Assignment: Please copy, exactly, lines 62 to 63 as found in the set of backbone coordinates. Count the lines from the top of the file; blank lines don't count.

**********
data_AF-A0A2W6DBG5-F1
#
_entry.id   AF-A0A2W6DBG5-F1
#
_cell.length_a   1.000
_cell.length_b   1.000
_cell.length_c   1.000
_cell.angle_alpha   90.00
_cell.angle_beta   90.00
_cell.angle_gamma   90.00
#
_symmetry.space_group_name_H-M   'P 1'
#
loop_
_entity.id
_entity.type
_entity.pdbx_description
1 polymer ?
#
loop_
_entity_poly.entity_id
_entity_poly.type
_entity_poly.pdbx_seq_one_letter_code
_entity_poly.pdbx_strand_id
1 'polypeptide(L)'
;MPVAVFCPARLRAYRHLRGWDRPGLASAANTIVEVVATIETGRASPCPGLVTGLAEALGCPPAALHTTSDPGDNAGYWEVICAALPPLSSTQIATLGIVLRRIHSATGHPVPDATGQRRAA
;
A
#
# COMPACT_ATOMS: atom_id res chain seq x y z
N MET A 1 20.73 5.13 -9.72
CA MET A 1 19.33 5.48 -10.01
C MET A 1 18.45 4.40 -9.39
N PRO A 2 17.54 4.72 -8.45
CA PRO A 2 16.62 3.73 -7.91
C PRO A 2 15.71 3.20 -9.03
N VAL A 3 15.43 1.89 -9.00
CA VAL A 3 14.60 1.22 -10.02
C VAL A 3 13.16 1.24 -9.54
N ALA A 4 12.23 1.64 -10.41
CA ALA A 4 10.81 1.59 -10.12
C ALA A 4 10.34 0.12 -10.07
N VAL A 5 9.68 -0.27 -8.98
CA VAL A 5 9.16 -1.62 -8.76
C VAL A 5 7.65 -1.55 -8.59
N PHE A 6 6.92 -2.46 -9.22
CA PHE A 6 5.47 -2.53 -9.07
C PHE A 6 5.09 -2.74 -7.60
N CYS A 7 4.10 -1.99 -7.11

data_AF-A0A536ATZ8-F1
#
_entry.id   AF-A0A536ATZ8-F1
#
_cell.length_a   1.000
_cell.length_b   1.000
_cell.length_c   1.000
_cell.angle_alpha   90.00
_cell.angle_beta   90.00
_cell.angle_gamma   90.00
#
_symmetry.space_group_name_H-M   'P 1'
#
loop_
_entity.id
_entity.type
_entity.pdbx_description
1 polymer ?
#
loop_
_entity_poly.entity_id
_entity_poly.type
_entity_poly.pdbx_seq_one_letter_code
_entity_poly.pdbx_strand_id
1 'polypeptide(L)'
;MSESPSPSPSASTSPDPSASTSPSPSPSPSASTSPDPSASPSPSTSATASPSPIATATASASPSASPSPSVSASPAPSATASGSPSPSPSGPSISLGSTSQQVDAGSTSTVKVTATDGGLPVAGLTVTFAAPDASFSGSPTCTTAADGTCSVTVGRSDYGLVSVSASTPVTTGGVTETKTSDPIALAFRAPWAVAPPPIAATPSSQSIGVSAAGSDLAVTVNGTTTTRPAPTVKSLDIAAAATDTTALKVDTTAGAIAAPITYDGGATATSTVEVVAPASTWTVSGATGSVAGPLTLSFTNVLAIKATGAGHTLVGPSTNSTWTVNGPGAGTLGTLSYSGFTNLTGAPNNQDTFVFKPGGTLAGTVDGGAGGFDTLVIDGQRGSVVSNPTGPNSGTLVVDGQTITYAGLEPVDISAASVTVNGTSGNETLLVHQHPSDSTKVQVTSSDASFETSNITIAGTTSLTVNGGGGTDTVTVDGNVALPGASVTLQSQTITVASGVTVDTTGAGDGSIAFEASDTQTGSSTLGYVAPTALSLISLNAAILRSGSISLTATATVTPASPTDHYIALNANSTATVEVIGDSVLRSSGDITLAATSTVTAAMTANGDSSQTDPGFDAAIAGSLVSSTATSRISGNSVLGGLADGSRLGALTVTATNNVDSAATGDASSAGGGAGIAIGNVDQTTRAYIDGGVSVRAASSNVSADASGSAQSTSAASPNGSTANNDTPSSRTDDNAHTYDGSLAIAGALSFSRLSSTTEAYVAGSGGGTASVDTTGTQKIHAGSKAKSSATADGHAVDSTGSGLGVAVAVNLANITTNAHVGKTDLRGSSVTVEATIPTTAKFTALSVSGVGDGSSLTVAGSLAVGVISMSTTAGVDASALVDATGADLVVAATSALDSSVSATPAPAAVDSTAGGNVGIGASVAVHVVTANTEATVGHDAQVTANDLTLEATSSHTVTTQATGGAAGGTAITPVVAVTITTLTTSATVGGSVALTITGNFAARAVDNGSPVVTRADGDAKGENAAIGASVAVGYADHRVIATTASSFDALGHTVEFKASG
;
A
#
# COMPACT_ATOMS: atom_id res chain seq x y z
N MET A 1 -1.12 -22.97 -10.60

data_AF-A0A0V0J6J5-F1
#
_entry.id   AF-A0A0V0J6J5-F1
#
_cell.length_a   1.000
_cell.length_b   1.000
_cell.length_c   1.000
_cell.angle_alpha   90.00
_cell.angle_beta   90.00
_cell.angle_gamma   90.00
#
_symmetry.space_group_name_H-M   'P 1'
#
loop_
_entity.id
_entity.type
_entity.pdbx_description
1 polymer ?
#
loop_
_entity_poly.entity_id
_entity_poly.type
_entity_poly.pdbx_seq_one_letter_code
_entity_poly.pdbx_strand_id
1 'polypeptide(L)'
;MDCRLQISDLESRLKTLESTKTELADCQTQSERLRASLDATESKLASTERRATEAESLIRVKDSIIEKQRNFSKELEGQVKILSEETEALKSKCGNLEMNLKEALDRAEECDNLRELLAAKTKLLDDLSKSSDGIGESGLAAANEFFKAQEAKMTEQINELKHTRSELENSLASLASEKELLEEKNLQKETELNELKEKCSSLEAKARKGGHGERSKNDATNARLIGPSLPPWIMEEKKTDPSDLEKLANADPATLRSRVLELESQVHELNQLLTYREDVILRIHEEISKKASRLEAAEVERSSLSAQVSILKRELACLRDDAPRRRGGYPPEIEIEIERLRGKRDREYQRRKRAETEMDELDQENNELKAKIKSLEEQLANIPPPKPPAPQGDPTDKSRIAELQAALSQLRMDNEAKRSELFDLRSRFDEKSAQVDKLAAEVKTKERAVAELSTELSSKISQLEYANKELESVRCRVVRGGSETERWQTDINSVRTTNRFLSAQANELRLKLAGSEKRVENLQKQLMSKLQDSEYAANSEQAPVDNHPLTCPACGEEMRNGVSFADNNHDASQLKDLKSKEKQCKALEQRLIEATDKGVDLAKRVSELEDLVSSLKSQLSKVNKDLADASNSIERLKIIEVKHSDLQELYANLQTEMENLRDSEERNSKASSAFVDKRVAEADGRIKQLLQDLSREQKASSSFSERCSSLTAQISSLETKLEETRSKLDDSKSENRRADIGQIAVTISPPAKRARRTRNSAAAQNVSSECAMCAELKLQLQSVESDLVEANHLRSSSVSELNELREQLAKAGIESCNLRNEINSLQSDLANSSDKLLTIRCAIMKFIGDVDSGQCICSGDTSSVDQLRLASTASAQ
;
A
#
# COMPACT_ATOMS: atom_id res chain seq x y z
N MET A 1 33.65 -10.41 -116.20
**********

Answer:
#
loop_